Saturday, February 24, 2024

2024 so far: trophies, coaching changes, and--at long last--a new Fighting Italian

The 2024 season isn't even two months old, but there's a lot going on. 

The big early-season news, of course, is that Aryna Sabalenka won her second consecutive Australian Open title. The world number 2, long known for her shaky serve, has put that problem behind her; her Melbourne run was very impressive. Of note: This year's finalist was Zheng Qinwen, who is now number 7 in the world.

While it's sad news, it has the potential to be good news: Karolina Muchova just had surgery for her troublesome risk. Muchova is an extremely talented player. When she had that span of good health last year, we saw her reach the final of the French Open and also the U.S. Open semifinals. But 2024 brought on more injury, so the Czech player--who finally reached the top 10, but will now drop out of it--so surgery was the answer.

Both world number world number 5 Jessica Pegula and world number 11 Maria Sakkari announced that they had parted ways with their coaches. Pegula is no longer being coached by David Witt, while Sakkari ended a six-year relationship with Tom Hill.

Danielle Collins announced that this will be her final year on the tour. The 2022 Australian Open finalist took the long road to join the tour; she played college tennis and won the NCAA singles title twice. Collins is 30 years old.

2024 is also the year (perhaps the only one?) that Barbora Krejcikova and Katerina Siniakova--members of a very elite doubles team--are playing with other partners. So far, so good for Siniakova--she and Storm Hunter just won the Dubai championship.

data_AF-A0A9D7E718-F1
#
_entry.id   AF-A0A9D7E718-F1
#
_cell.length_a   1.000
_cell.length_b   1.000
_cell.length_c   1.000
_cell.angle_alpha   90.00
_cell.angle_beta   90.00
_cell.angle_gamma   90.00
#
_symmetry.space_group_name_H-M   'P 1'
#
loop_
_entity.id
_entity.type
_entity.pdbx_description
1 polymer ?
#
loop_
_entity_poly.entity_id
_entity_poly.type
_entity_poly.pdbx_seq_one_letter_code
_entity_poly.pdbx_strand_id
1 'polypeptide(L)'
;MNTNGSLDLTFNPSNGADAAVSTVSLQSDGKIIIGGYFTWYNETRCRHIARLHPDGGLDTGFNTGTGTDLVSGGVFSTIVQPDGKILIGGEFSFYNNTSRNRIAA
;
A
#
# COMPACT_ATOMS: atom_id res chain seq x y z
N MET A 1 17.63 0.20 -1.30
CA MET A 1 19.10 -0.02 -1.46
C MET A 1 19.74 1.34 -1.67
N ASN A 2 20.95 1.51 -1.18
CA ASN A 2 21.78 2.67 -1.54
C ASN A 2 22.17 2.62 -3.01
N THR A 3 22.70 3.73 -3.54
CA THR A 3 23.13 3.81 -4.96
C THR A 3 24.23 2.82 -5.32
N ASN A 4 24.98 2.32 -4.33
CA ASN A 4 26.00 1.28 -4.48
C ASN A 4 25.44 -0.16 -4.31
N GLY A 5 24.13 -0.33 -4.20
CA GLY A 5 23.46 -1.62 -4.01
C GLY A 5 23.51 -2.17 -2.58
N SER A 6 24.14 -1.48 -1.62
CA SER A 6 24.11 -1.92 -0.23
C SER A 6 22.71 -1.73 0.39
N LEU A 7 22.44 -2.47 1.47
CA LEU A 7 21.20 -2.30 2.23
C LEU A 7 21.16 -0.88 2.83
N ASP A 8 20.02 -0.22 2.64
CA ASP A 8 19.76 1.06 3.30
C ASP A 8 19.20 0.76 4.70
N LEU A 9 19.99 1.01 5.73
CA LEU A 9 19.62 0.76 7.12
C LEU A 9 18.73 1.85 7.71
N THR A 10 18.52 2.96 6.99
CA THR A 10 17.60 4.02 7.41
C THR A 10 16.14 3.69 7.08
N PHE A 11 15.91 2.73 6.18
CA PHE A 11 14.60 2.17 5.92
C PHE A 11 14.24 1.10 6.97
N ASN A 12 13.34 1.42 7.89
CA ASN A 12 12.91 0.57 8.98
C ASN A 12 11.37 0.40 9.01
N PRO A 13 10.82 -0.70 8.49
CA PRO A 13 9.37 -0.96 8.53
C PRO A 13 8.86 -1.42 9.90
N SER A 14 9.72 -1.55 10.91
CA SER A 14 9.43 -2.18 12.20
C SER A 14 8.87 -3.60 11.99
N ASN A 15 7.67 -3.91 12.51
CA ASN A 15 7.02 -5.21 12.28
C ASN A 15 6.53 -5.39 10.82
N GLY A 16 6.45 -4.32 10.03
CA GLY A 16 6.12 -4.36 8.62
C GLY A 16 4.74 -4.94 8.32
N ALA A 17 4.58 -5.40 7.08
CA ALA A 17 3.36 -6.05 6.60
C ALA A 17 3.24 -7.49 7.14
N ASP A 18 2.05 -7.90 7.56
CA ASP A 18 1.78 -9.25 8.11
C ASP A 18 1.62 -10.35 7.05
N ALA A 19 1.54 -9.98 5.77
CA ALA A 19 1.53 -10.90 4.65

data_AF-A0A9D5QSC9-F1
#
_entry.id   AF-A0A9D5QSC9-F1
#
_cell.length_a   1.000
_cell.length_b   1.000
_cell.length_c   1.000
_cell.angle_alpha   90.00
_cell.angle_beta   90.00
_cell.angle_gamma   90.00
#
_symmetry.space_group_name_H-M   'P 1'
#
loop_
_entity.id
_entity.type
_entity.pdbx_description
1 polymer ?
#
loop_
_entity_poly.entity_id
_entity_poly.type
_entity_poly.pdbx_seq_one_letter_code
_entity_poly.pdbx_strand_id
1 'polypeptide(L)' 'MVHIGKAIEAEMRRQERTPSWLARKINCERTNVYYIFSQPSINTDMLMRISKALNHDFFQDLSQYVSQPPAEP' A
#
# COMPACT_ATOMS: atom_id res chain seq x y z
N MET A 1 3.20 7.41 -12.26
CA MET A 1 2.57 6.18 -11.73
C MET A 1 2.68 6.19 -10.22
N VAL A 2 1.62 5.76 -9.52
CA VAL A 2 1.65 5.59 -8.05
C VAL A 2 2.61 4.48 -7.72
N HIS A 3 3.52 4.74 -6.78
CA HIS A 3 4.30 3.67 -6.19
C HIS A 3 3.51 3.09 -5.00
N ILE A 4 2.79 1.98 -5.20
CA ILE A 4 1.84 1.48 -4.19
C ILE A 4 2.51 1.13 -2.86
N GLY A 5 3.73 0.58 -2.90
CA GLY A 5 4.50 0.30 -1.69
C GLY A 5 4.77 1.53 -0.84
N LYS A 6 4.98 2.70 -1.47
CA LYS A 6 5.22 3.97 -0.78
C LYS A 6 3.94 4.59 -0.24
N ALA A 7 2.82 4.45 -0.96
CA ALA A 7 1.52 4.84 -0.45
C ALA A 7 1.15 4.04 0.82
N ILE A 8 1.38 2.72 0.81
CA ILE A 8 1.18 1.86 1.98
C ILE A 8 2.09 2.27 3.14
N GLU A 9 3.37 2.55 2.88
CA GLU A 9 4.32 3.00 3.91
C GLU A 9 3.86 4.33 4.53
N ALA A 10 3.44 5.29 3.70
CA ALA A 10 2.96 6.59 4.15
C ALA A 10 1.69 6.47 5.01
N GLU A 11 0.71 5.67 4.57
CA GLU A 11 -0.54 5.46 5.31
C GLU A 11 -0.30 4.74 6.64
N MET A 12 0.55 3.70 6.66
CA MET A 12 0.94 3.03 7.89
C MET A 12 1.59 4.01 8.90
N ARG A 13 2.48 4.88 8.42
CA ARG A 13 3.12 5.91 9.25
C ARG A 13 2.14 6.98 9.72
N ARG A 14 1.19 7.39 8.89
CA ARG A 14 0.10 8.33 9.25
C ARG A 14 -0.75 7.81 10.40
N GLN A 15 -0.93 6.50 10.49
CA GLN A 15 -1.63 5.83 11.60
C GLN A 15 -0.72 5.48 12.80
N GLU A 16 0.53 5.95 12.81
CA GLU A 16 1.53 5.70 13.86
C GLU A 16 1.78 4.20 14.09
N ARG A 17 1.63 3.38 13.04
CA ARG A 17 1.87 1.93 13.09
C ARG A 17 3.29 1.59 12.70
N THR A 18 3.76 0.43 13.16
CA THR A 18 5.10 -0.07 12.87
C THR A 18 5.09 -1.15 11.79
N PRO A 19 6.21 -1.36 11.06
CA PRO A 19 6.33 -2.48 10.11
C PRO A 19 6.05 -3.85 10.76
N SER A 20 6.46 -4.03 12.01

Now, cue the new year, and enter--stage left, right and everywhere--Alona Ostapenko. The Latvian star has already won two tournaments--Adelaide and Linz, both 500 events. There's no point, ever, in trying to determine what these big wins mean, but it will be interesting, as always, to watch Ostapenko this season.

It sounds odd to say that former world number 1 Karolina Piskova just made a comeback, of sorts, but she recently did, in Transylvania. It was there that Pliskova won her first title since 2020. It was a 250 event, but it still has to be a confidence-booster.

Meanwhile, Elena Rybakina won Brisbane and Abu Dhabi (both 500 events), delivering a bagel to Aryna Sabalenka in the Brisbane final. The 2022 Wimbledon champion reached a third final, in Doha, but lost that one to Iga Swiatek, which now gives her a 3-2 record against the world number 1. 

Swiatek started the year strong by winning the United Cup, and then won the 1000 event in Doha. She looked good in Dubai, too, until she came up against qualifier Anna Kalinskaya, and lost in the semifinals. 

Diana Shnaider won the Thailand Open, the first singles title of her career, and Elise Mertens won the tournament in Auckland.

That brings us to Dubai, also a 1000 event. Qualifier Anna Kalinskaya had an amazing run, taking out three top 10 players (world number 9 Alona Ostapenko, world number 4 Coco Gauff, and world number 1 Iga Swiatek. Kalinskaya gave us a taste of what she's capable of at the Australian Open when she made a run to the quarterfinals. 

In the Australian Open round of 16, Kalinskaya defeated Jasmine Paolini in straight sets before she lost to eventual runner-up Zheng Qinwen. This week, in Dubai, after going through qualifying and taking out the aforementioned top 10 players, Kalinskaya fell to Paolini in the final. It was an excellent final, too, with a lot of momentum swings. In the end, though, Paolini, who--like her opponent--has been getting better and better in the last several months--defeated Kalinskaya 4-6, 7-5, 7-5. 

The unseeded Paolini is something we haven't seen in a long time--an authentic Fighting Italian. She did get a little help in Dubai from Rybakina, who gave Paolini a walkover in the semifinals because of a viral illness. But the champion did her share of heavy lifting, defeating 11th seed Beatriz Haddad Maia, Leylah Fernandez, 6th seed Maria Sakkari, and Sorana Cirstea. It was a great tournament, with so-called "surprise" finalists, and a lovely trophy ceremony.